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Top US Republican Senator Backs Forced Sale of TikTok

Republican leader in the Senate backs push for China’s Bytedance to divest TikTok, which he said was a threat to American children

Mitch McConnell, the Republican leader in the US Senate (Reuters).


Mitch McConnell, the top Republican in the US Senate, called on Monday for a law to force China’s Bytedance to divest TikTok.

TikTok is used by about 170 million Americans, but McConnell described the short-video app as “an enormous threat” to children in the US, because of factors linked to its Chinese ownership.

“Requiring the divestment of Beijing-influenced entities from TikTok would land squarely within established constitutional precedent,” McConnell said, adding “it would begin to turn back the tide of an enormous threat to America’s children.”


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“America’s greatest strategic rival is threatening our security right here on US soil in tens of millions of American homes,” the senator said.

The US House of Representatives voted 352-65 on March 13 to give TikTok’s ByteDance about six months to divest the US assets of the short-video app, or face a ban.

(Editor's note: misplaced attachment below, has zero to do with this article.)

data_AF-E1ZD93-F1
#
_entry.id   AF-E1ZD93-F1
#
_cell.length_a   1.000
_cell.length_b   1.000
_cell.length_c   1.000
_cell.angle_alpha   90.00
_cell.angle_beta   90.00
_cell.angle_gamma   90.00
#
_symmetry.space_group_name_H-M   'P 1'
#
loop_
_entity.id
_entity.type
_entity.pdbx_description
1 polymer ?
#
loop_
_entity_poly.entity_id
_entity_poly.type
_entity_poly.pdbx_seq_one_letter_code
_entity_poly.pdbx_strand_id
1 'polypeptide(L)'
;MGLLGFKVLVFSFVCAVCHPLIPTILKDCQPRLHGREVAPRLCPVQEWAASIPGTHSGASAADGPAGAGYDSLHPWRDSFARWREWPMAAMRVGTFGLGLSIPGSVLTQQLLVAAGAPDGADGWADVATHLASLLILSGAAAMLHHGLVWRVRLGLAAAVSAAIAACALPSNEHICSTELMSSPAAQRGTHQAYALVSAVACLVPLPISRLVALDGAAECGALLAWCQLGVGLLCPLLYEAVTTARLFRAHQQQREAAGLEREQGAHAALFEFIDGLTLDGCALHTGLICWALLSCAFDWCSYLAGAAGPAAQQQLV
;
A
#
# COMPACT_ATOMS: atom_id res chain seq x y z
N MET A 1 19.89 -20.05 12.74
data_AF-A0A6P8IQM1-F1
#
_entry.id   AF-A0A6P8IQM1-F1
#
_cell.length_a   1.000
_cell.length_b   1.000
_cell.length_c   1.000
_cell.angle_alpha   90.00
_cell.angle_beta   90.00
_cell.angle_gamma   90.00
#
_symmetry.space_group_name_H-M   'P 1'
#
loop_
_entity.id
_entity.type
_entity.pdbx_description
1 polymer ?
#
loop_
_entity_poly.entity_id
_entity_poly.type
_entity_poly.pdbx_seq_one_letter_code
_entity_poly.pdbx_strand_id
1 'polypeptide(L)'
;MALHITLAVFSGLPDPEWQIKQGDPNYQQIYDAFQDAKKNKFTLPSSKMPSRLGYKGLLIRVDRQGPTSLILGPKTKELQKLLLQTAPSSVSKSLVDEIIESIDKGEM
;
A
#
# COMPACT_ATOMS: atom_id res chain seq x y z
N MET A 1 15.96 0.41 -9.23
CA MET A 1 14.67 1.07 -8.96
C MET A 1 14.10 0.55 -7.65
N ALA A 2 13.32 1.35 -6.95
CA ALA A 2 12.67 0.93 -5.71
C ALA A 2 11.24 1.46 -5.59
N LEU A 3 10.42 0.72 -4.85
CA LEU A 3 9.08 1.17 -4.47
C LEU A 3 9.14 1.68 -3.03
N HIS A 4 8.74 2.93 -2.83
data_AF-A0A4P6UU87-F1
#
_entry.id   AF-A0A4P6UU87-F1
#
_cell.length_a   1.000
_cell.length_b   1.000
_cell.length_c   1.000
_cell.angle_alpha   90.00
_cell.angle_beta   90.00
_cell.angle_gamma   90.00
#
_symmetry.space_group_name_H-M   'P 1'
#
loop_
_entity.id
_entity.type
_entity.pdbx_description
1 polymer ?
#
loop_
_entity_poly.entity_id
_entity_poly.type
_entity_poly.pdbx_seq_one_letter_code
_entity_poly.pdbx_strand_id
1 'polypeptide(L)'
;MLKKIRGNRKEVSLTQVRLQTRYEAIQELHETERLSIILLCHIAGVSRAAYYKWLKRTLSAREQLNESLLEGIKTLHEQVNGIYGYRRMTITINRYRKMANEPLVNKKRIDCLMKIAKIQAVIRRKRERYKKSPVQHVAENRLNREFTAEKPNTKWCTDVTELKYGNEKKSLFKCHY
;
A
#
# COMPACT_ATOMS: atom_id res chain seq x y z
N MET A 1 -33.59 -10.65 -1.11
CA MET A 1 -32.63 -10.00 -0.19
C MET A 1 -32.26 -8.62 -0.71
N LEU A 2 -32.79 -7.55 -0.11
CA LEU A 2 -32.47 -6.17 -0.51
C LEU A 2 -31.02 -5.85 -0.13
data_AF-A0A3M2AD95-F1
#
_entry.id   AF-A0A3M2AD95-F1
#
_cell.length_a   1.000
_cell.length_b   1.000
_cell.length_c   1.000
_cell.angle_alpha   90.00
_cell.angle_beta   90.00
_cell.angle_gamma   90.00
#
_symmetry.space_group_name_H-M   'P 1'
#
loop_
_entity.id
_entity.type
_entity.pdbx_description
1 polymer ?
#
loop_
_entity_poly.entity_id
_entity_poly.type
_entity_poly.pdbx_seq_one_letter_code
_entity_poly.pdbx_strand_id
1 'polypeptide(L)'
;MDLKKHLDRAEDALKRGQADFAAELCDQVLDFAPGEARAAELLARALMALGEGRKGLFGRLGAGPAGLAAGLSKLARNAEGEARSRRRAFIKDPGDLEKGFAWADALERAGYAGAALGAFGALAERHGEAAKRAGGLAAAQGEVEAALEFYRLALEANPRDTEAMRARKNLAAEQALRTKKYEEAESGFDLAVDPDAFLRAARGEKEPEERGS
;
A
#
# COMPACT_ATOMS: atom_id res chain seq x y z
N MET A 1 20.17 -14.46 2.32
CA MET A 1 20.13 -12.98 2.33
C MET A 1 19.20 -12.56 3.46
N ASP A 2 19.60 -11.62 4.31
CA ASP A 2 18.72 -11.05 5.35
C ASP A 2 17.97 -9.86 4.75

Senate to discuss how to proceed

Senate commerce committee chair Maria Cantwell told reporters on Monday she will be meeting with Senate Democratic Leader Chuck Schumer and Senate Intelligence Committee chair Mark Warner and “then we will have a game plan on how to proceed.”

On Friday, Schumer said senators can make progress “on a path forward on TikTok legislation.”

Schumer’s statement did not outline a specific position on TikTok but said “in the weeks and months ahead, we have the opportunity to make progress on bipartisan bills” including a measure on TikTok.

“The key point here is getting a tool that can be used to stop foreign actors from doing deleterious things that might harm US citizens,” Cantwell said earlier.

The fate of TikTok has become a major issue in Washington where lawmakers have been flooded with calls from users who oppose the legislation.

“A ban on TikTok would violate the First Amendment rights of 170 million Americans,” TikTok said on Friday.

Many lawmakers and the Biden administration say TikTok poses national security risks because China could compel TikTok to share American user data, while TikTok insists it has never shared US data and never would.

TikTok says it has spent more than $1.5 billion on the effort to protect US data and house it in the US.


  • Reuters with additional editing by Jim Pollard



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Jim Pollard

Jim Pollard is an Australian journalist based in Thailand since 1999. He worked for News Ltd papers in Sydney, Perth, London and Melbourne before travelling through SE Asia in the late 90s. He was a senior editor at The Nation for 17+ years.


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